The C&LD Committee then reviewed the recommendations provided for the Business Unit Performance Factors and, after considering the performance of the total Company and ESG results, and the appropriate combination of Business Unit Performance Factors for each NEO, approved the following STAR awards:

 

FY 2021-22 STAR AWARDS

NEO

 

STAR
Target

($)

 

   

Business Unit

Factor

(70% Weight)

(%)

 

 

Unadjusted
Total
Company
Factor

(%)

 

 

ESG
Factor
(%)

 

 

ESG Adjusted
Total Company

(30% Weight)
(%)

 

 

STAR
Award

($)

 

   

STAR

Award
(% of Target)   

 

David S. Taylor

    2,400,000     134   132   110   145     3,296,640     137

Jon R. Moeller

    2,880,000     134   132   110   145     3,955,968     137

Andre Schulten

    943,000     134   132   110   145     1,295,305     137

 

Ma. Fatima D. Francisco

 

 

 

 

924,000

 

 

  159 (Baby/Fem),

144 (Baby/Fem/Fam)

 

 

132

 

 

110

 

 

145

 

 

 

 

1,348,439

 

 

 

 

146

 

Shailesh Jejurikar

 

 

 

 

1,175,000

 

 

  158.5 (Fabric/Home),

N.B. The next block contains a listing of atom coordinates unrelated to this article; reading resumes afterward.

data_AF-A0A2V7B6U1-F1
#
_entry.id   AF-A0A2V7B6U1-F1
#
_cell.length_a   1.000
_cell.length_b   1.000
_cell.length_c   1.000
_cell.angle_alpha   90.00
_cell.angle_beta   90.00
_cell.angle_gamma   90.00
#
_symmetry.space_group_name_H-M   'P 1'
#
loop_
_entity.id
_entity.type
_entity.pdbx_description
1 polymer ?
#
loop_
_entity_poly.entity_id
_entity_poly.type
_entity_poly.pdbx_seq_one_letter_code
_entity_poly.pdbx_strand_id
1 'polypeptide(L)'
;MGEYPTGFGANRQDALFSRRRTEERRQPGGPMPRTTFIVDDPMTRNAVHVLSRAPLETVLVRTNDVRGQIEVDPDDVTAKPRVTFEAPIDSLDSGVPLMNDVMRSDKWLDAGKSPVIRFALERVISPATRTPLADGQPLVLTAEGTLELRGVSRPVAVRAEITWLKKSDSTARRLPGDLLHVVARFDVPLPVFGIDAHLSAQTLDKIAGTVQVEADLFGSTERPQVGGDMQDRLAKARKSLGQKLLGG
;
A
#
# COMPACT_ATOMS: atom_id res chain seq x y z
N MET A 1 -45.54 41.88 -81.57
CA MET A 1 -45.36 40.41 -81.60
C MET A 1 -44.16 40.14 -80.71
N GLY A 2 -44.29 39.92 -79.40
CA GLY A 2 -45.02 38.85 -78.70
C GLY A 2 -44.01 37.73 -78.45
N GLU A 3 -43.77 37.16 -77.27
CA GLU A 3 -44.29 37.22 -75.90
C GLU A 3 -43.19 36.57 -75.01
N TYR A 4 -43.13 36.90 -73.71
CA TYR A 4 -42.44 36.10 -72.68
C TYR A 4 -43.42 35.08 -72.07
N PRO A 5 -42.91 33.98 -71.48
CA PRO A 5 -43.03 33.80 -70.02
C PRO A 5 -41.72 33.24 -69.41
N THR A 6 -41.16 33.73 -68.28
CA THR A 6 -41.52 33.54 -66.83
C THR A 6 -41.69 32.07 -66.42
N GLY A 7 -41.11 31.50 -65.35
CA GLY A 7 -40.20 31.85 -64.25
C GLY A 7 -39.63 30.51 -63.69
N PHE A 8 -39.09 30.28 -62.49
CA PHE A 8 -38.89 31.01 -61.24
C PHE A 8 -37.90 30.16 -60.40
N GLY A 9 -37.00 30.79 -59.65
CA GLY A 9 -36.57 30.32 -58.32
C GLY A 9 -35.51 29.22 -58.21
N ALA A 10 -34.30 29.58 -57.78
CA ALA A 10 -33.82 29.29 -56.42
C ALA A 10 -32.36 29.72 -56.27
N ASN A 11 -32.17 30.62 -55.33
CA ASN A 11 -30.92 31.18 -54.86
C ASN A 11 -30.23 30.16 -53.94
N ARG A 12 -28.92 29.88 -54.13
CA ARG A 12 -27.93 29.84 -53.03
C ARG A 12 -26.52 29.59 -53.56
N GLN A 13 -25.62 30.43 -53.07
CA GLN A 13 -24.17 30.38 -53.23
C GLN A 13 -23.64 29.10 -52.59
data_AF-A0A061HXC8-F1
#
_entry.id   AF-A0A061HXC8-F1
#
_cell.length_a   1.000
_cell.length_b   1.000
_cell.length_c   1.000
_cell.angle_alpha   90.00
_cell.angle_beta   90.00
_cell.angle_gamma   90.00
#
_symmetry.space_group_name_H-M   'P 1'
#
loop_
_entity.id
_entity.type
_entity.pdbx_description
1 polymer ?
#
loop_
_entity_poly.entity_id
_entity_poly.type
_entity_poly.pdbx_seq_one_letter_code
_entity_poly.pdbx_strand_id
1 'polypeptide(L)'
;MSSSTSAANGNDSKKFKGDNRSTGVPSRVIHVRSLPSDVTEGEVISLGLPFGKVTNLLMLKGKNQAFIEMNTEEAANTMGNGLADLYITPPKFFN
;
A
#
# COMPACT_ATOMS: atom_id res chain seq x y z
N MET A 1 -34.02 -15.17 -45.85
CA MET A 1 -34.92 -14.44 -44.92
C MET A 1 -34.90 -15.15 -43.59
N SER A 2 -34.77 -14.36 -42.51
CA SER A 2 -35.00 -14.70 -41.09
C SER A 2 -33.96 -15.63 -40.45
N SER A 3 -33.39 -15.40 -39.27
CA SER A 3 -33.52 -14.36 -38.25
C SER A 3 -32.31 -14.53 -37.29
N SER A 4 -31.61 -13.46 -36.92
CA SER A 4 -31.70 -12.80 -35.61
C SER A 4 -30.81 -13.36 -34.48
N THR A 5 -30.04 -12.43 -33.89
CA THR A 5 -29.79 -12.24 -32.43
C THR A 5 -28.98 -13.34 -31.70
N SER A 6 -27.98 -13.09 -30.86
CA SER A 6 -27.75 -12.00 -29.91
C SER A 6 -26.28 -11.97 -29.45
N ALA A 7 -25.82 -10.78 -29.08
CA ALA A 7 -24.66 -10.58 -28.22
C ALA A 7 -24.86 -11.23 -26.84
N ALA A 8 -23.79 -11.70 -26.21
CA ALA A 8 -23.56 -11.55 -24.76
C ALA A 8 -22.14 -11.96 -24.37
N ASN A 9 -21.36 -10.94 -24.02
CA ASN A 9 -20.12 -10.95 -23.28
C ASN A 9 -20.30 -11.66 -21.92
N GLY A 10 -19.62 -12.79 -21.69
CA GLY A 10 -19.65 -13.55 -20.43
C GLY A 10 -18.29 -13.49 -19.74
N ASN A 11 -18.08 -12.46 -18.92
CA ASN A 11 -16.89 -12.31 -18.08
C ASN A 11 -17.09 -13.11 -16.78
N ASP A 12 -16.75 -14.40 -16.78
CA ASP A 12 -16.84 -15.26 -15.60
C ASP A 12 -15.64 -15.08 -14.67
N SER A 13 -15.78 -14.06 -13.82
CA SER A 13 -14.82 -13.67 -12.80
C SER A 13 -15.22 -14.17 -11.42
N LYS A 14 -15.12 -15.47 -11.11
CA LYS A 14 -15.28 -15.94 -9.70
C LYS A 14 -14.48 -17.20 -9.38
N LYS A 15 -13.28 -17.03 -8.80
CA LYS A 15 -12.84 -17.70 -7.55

134 (Average Award)

 

 

132

 

 

110

 

 

145

 

 

 

 

1,661,143

 

 

 

 

141

R Alexandra Keith

    1,001,000     80   132   110   145     996,596     100

 

Carolyn M. Tastad

 

 

 

 

942,417

 

 

  142 (N. America),

152.5 (Health)

 

 

132

 

 

110

 

 

145

 

 

 

 

1,411,016

 

 

 

 

150

 

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In keeping with good governance practices, the NEO members of the STAR Committee (CEO, CFO, CHRO) did not recommend their own awards. Instead, the C&LD Committee used the weighted average of all Business Unit Performance Factors and the Total Company Performance Factor (as modified by the ESG Factor) to determine the awards according to the STAR formula for Mr. Moeller and Mr. Schulten. Mr. Taylor also received the weighted average of all Business Unit Performance Factors.

The STAR awards recommended to the C&LD Committee for the remaining NEOs were computed using the formula described on page 34 of this proxy statement. Ms. Francisco’s Business Unit Performance Factor was based on two months as the CEO, Baby and Feminine Care and 10 months as the CEO – Baby, Feminine and Family Care. Mr. Jejurikar’s Business Unit Factor was prorated to reflect three months in his role of CEO – Fabric and Home Care and nine months as COO. For his role as CEO – Fabric and Home Care, the Business Unit Performance Factor was a combination of the Fabric Care, Home Care, and P&G Professional businesses. For his role as COO, Mr. Jejurikar received the weighted average of all Business Unit Performance Factors. Ms. Keith’s Business Unit Performance Factor was based on her role as CEO – Beauty. For Ms. Tastad, her Business Unit Performance Factor was based on one month of North America business results and 11 months based on Global Health Care business results.

Long-Term Incentives